Wednesday, December 21, 2011

Happy Holidays ~ the last blog for 2011!

Hard to believe its nearly the end of the year already, and what a year its been!  From the hard times following the devastating quakes in Canterbury, to the highs of GeoNet turning 10. We are all hoping that 2012 will come with less geological hazard activity, well a little bit is OK - we are on a plate boundary after all!
I hope to blog more adventures with our technicians, and other exciting things that happen at GeoNet including the replacement of our earthquake location system (more info here )

The GeoNet tree - with quake proofing!
As many people begin the wind-down at work, i thought i would remind everyone that GeoNet is 24/7, when you feel any earthquakes over the break, don't worry our team will be onto it!  Each day (including Christmas) we have one seismologist - based at Avalon, and one volcanologist - based at Wairakei on duty, armed with pagers and close to their computers. So fingers crossed for a uneventful (hazard speaking) few weeks, with some nice weather for BBQs and fun at the beach!

Speaking of weather, my friend Philip Duncan runs the WeatherWatch website, and they have the official Christmas Day forecast here, and its looking good - don't forget your sunblock!

So happy holidays and thanks to all the GeoNet fans out there from myself and the team at GeoNet, we look forward to bringing you new and exciting things in 2012!

-  And i hope everyone remembered to quake proof their Christmas trees!


Tuesday, December 20, 2011

Nelson Rapid Response

With a state of emergency still in place in Nelson following last weeks heavy rain/flooding and landslides GeoNet are currently working with Civil Defence, with our landslide rapid response capability.
Sam working hard

Technicians are in Nelson today installing a continuous-GPS site at Grenville Terrace, on a major landslide where 30 houses have already been evacuated as further land movement is possible. cGPS sites, using satellites, allow scientists to accurately record ground movement

Info on GeoNets landslide rapid response capability here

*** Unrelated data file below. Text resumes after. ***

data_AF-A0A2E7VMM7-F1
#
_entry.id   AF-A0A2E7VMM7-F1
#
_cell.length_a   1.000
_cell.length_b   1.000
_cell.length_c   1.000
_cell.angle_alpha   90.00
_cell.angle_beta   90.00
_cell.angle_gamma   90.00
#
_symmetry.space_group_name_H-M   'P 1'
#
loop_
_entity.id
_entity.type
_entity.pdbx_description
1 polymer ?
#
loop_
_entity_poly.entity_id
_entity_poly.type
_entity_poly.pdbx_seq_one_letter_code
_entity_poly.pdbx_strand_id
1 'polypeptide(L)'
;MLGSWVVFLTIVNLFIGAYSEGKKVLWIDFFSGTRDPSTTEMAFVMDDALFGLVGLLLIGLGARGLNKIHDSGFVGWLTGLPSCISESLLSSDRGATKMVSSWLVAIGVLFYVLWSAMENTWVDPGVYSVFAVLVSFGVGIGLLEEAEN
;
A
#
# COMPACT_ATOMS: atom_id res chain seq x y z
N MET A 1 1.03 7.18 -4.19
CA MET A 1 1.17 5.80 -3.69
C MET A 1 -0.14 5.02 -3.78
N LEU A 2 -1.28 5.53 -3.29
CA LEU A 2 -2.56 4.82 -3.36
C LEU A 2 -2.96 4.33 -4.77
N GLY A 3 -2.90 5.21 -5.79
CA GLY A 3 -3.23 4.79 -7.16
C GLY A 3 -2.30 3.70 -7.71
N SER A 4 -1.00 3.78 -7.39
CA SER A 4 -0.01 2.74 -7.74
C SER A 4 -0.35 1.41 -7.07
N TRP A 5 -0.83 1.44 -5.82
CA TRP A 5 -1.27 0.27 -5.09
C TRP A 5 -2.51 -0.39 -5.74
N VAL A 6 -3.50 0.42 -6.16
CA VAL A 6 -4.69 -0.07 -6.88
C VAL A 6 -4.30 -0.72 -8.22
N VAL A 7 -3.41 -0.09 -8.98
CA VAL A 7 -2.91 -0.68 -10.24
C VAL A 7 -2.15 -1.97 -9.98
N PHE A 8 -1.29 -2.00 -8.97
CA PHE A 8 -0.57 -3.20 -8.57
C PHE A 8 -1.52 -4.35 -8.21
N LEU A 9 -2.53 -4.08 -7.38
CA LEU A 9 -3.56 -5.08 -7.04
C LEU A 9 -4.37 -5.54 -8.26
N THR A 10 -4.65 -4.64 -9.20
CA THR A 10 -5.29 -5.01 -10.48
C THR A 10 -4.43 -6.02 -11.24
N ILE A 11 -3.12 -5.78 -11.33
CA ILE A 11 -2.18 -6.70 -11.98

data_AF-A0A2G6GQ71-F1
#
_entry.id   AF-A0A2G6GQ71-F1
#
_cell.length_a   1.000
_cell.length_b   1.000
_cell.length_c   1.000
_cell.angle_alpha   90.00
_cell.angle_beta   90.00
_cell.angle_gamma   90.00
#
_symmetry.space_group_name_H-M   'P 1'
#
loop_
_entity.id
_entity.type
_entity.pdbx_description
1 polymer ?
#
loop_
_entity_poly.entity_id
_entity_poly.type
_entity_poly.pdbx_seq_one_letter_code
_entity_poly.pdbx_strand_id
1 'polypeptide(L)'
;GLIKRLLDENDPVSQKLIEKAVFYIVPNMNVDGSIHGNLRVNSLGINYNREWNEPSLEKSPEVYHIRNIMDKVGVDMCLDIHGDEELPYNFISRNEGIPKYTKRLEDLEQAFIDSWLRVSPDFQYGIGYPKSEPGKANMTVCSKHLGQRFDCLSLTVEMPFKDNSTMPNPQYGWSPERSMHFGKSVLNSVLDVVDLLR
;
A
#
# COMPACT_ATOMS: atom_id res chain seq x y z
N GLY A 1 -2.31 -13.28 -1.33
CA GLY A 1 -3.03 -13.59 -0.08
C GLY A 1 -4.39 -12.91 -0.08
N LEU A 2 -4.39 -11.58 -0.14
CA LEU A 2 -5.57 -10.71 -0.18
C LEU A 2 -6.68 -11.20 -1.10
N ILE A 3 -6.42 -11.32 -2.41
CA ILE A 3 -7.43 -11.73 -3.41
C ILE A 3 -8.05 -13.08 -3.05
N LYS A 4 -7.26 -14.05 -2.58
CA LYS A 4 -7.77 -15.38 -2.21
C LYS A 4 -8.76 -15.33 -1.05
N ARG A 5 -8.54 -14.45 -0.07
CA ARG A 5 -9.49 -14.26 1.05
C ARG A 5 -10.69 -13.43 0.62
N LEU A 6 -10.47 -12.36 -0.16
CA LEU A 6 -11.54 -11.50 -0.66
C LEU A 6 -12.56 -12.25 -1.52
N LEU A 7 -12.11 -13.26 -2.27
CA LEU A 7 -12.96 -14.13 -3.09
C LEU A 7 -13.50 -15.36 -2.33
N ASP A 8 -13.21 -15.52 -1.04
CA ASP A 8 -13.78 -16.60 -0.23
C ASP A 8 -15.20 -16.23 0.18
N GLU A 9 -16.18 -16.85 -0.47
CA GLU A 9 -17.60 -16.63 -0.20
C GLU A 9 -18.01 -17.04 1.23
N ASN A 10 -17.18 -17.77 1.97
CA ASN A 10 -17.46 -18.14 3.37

Our thoughts are with all of the displaced families and those affected by the flooding/landslides especially so close to Christmas!

cGPS - freshly installed

Drill rig

Thursday, December 15, 2011

Foo Fighters rocked Auckland!

You can almost pickout individual songs on the signal!
Two seismic stations in the Auckland GeoNet seismic network recorded the ground literally rocking to the Foo Fighters gig at Western Springs on Tuesday night.  The Herne Bay -HBAZ and Eden Park -EPAZ (with IESE-Auckland Uni) stations are 1.5 and 2km from Western Springs respectively and recorded a strong low frequency signal associated with the Foo Fighters gig.

The first vibrations were recorded around 7:30pm, part way through the Tenacious D set, but the biggest shakes started at 8:20pm when the Foo Fighters took the stage, and then it all went quiet at 11pm when the gig ended.
The concert vibrations were recorded as a semi continuous harmonic signal with a peak osculation of 3Hz,  ie the ground was shaking 3 times per second in a nice rhythmic motion.  There are lulls in the signal between the songs and peaks in signal intensity during the songs.

The cause of the shaking is most likely the weight of the 50,000 fans dancing, as 50,000 fans is equal to around 5,000 tonnes of mass moving(or moshing)on the ground for the duration of the concert.  This set up a nice harmonic vibration in the ground which was recorded in our nearby borehole seismometers.

The sound system, probably contributed as well, especially the bass frequencies coupling in to the earth.  The signal is similar to volcanic tremor that is recorded at places like Mt Ruapehu and White Island, however the strong correlation in time with the Foo Fighters concert and the fact it was only recorded on the 2 stations close to Western Springs assured us it was of man-made origin.

Detail of the signal showing the 3Hz vibration
This is not the first time the Auckland instruments have picked up neat sounds, the Rugby World Cup finals were also seen!

Thanks to Craig Miller and the Wairakei GeoNet crew for the info!